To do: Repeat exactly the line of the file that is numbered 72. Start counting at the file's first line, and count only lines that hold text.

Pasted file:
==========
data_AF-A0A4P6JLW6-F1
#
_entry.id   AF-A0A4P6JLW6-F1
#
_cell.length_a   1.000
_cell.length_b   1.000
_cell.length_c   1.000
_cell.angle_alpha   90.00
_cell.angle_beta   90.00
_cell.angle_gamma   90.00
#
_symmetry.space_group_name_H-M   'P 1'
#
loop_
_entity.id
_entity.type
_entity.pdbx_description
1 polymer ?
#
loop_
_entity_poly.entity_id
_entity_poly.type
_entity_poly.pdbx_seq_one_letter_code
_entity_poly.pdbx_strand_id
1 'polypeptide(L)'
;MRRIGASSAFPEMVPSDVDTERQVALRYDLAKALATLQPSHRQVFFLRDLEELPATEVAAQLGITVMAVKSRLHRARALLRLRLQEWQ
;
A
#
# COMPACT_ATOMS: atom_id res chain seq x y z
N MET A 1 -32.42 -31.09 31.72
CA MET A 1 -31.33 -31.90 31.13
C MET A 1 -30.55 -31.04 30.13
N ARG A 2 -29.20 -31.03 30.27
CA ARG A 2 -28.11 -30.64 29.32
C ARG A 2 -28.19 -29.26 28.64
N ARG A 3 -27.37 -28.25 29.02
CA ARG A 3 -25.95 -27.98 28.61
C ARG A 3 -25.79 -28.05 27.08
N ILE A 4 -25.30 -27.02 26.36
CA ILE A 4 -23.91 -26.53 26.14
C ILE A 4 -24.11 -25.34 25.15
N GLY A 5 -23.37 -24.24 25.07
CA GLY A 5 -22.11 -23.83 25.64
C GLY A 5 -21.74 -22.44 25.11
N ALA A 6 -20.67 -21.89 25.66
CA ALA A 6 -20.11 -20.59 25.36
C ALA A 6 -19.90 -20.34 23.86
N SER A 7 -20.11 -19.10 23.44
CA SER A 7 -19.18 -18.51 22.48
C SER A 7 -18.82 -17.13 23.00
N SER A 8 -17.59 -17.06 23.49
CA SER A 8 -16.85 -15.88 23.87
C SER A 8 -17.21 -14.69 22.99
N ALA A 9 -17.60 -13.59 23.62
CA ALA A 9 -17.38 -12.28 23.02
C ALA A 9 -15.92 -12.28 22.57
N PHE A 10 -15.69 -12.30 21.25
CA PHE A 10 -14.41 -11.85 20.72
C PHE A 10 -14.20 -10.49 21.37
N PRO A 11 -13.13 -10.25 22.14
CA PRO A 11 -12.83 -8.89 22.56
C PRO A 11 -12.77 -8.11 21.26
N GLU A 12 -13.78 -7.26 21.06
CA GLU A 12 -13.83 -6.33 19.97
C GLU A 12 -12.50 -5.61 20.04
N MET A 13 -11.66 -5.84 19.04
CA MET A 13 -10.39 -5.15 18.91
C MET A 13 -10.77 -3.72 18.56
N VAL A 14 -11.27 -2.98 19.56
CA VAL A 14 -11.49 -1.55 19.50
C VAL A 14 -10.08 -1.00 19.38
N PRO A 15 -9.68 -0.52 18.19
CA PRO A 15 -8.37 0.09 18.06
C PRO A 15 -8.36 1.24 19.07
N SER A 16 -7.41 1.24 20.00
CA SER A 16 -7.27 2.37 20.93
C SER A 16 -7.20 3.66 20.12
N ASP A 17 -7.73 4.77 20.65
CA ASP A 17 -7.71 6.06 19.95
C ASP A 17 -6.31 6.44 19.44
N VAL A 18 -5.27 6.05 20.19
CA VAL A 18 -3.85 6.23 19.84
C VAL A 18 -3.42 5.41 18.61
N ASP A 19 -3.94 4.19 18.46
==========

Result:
C VAL A 14 -10.08 -1.00 19.38